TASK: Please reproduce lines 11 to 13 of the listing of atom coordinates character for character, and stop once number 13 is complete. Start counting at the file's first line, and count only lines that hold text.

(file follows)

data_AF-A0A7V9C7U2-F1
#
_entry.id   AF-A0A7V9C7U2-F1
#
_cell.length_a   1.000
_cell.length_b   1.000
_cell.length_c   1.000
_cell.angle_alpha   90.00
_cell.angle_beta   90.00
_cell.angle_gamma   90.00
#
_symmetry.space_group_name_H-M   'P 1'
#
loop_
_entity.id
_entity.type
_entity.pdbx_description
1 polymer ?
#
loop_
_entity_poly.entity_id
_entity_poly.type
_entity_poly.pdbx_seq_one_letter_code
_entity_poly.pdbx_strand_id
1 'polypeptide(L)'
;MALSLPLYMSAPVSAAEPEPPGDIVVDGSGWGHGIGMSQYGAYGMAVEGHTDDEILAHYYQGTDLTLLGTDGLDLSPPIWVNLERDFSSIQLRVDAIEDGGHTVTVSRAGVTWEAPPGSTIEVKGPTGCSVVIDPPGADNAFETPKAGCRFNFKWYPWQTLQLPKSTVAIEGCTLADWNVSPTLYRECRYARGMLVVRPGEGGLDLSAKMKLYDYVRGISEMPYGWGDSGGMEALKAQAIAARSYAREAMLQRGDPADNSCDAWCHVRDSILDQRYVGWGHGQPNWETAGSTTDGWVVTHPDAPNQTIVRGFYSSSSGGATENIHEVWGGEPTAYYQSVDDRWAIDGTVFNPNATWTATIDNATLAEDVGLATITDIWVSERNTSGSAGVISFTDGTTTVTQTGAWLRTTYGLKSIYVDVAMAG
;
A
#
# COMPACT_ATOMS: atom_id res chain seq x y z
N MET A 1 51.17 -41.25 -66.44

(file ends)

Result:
#
_symmetry.space_group_name_H-M   'P 1'
#